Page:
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September 25, 2007

How to Save for Retirement

by Dan

I’ve been thinking about retirement and making some changes to our investments, and it occurred to me that most of the financial advisers out there have got it wrong when it comes to retirement. For example, David Bach, author of The Automatic Millionaire, talks quite a bit about saving for retirement using a 401(k) as if that were the point. Sadly, this is confusing the means with the end.

The phrase “save for retirement” generally mean spending less than you earn and putting the left over cash into some form of account targeted at retirement, such as a 401(k), IRA, or Roth IRA. But saving money isn’t really the point. The real goal is to live comfortably during retirement when you can no longer work to earn an income. Or in other words, to collect enough passive income to live on.

One (overly hard) way to do this is to save a bunch of money in a bank account, and then just live off of the principle. This isn’t the best because it requires a lot of cash. Investing the principle and living off the interest costs less because you’re earning interest on the unused principle. And if you’re going to invest, you might as well invest now when the consequences of a market dip or making a mistake aren’t quite as serious. This is how we got government sponsored retirement accounts.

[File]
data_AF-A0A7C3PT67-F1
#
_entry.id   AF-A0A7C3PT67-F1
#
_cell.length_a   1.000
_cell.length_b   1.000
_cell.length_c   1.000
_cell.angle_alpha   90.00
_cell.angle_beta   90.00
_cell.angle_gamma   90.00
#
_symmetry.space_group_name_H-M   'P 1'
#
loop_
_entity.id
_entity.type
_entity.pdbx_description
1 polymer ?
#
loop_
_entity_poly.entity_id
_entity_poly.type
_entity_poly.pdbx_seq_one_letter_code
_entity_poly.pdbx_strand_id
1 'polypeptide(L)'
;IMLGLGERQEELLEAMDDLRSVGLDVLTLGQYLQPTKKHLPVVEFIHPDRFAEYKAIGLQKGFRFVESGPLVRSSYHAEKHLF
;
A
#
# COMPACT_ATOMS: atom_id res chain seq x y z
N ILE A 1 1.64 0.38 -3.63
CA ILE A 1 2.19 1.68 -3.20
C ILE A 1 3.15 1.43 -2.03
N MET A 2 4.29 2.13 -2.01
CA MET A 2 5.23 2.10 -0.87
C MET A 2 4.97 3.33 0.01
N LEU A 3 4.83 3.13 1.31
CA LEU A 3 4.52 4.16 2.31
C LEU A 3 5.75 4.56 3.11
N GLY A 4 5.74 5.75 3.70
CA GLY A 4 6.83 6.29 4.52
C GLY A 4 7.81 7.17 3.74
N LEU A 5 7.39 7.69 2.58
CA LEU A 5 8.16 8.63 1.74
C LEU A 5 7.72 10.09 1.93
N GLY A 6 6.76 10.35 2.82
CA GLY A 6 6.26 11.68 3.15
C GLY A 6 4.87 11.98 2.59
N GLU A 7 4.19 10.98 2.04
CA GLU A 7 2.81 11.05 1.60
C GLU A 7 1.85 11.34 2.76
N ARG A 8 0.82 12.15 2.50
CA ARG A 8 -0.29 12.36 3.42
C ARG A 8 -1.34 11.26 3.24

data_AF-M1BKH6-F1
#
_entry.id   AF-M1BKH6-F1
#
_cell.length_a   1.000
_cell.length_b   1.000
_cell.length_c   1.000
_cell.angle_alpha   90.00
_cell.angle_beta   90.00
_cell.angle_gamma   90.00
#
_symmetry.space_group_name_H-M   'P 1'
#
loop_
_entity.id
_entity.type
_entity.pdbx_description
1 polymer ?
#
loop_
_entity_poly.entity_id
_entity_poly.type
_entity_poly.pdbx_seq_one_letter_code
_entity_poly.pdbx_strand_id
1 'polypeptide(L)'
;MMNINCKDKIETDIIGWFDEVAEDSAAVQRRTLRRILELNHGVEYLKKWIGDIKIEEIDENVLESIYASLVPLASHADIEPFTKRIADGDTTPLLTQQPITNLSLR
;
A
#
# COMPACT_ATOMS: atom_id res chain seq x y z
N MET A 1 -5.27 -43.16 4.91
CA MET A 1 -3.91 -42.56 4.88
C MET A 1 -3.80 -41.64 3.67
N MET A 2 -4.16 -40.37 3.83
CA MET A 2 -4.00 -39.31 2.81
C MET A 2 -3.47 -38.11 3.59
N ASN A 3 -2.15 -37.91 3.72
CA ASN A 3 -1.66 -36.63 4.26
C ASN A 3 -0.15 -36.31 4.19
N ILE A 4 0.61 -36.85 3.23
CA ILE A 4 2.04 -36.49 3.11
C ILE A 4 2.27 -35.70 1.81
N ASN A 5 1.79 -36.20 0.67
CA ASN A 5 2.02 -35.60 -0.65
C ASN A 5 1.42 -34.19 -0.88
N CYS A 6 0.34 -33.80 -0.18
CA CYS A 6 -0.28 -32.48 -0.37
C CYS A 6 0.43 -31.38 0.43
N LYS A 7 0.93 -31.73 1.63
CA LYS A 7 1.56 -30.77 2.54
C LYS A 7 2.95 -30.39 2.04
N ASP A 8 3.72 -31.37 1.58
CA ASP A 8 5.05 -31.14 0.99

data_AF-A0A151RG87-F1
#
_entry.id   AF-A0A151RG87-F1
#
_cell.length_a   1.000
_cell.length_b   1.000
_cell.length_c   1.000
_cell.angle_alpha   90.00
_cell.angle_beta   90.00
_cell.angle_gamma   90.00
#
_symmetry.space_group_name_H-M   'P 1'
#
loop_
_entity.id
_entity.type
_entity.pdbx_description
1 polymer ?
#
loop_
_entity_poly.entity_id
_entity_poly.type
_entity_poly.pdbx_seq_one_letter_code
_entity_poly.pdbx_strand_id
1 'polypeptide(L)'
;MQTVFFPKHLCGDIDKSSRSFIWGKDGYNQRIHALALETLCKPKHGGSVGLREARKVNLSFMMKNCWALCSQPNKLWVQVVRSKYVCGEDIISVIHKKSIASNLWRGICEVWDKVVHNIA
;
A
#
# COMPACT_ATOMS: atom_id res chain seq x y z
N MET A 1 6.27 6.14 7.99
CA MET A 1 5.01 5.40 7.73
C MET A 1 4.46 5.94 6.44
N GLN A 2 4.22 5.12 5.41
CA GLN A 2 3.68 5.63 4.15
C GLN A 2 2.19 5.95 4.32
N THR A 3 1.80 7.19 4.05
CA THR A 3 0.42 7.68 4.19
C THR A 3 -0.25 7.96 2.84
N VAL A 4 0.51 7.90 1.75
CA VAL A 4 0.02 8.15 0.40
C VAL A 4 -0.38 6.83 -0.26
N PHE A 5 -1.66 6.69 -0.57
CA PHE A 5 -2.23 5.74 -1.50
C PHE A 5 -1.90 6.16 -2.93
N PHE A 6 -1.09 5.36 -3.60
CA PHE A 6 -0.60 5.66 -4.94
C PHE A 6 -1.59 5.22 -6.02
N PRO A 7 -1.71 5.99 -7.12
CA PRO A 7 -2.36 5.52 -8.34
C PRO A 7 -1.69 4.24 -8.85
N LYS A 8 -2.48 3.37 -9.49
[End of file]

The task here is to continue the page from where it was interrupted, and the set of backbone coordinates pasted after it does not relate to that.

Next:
But the right goal is not to save money or contribute to a retirement account, which are means to an income during retirement. The right goal is to create a stream of passive income on which you can live. A Roth IRA does meet that goal, but there are easier ways that require less cash. That is one reason for my interest in investing in real estate and starting a business, but anything that puts money in your pocket each month will work. The best thing is that, by buying or creating the right assets now, I can “retire” the moment my passive income is enough to meet my needs.

So I’m trying to find and buy assets that put money in my pocket each month without requiring work on my part. I’ve had to learn a lot, and I’ve made mistakes, but I’m optimistic about making things work during retirement. I only mention this because it just occurred to me today how the mantra “save for retirement” has set so many people on the wrong track.

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